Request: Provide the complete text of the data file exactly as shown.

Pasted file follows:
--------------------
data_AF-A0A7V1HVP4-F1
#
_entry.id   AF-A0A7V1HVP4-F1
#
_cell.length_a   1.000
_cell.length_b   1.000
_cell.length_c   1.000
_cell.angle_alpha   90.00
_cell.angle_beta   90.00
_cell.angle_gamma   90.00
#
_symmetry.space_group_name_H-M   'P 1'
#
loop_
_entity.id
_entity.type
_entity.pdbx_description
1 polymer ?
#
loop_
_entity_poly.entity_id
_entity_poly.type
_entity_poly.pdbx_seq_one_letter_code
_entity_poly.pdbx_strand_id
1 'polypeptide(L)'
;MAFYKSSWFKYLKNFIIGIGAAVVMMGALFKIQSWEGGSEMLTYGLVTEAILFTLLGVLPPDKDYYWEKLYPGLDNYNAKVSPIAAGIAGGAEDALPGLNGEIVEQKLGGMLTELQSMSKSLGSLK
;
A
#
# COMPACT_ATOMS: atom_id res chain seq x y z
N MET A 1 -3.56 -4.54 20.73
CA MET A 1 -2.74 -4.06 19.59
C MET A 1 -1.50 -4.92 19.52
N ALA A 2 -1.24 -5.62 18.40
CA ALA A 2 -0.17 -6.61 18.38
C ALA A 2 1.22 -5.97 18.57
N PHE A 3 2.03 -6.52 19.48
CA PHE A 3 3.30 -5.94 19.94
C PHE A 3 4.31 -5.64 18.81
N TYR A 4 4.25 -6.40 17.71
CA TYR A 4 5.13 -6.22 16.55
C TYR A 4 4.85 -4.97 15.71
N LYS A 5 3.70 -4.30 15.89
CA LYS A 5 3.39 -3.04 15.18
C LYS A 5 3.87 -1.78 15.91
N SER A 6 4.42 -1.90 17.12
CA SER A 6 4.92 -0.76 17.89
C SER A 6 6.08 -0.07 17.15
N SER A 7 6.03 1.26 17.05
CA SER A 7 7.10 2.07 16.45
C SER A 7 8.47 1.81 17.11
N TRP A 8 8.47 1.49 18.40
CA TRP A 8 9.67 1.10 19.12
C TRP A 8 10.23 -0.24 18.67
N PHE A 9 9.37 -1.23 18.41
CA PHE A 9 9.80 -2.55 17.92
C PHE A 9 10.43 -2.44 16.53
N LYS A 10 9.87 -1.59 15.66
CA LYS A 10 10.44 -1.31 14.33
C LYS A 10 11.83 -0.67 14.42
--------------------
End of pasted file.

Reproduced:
data_AF-A0A7V1HVP4-F1
#
_entry.id   AF-A0A7V1HVP4-F1
#
_cell.length_a   1.000
_cell.length_b   1.000
_cell.length_c   1.000
_cell.angle_alpha   90.00
_cell.angle_beta   90.00
_cell.angle_gamma   90.00
#
_symmetry.space_group_name_H-M   'P 1'
#
loop_
_entity.id
_entity.type
_entity.pdbx_description
1 polymer ?
#
loop_
_entity_poly.entity_id
_entity_poly.type
_entity_poly.pdbx_seq_one_letter_code
_entity_poly.pdbx_strand_id
1 'polypeptide(L)'
;MAFYKSSWFKYLKNFIIGIGAAVVMMGALFKIQSWEGGSEMLTYGLVTEAILFTLLGVLPPDKDYYWEKLYPGLDNYNAKVSPIAAGIAGGAEDALPGLNGEIVEQKLGGMLTELQSMSKSLGSLK
;
A
#
# COMPACT_ATOMS: atom_id res chain seq x y z
N MET A 1 -3.56 -4.54 20.73
CA MET A 1 -2.74 -4.06 19.59
C MET A 1 -1.50 -4.92 19.52
N ALA A 2 -1.24 -5.62 18.40
CA ALA A 2 -0.17 -6.61 18.38
C ALA A 2 1.22 -5.97 18.57
N PHE A 3 2.03 -6.52 19.48
CA PHE A 3 3.30 -5.94 19.94
C PHE A 3 4.31 -5.64 18.81
N TYR A 4 4.25 -6.40 17.71
CA TYR A 4 5.13 -6.22 16.55
C TYR A 4 4.85 -4.97 15.71
N LYS A 5 3.70 -4.30 15.89
CA LYS A 5 3.39 -3.04 15.18
C LYS A 5 3.87 -1.78 15.91
N SER A 6 4.42 -1.90 17.12
CA SER A 6 4.92 -0.76 17.89
C SER A 6 6.08 -0.07 17.15
N SER A 7 6.03 1.26 17.05
CA SER A 7 7.10 2.07 16.45
C SER A 7 8.47 1.81 17.11
N TRP A 8 8.47 1.49 18.40
CA TRP A 8 9.67 1.10 19.12
C TRP A 8 10.23 -0.24 18.67
N PHE A 9 9.37 -1.23 18.41
CA PHE A 9 9.80 -2.55 17.92
C PHE A 9 10.43 -2.44 16.53
N LYS A 10 9.87 -1.59 15.66
CA LYS A 10 10.44 -1.31 14.33
C LYS A 10 11.83 -0.67 14.42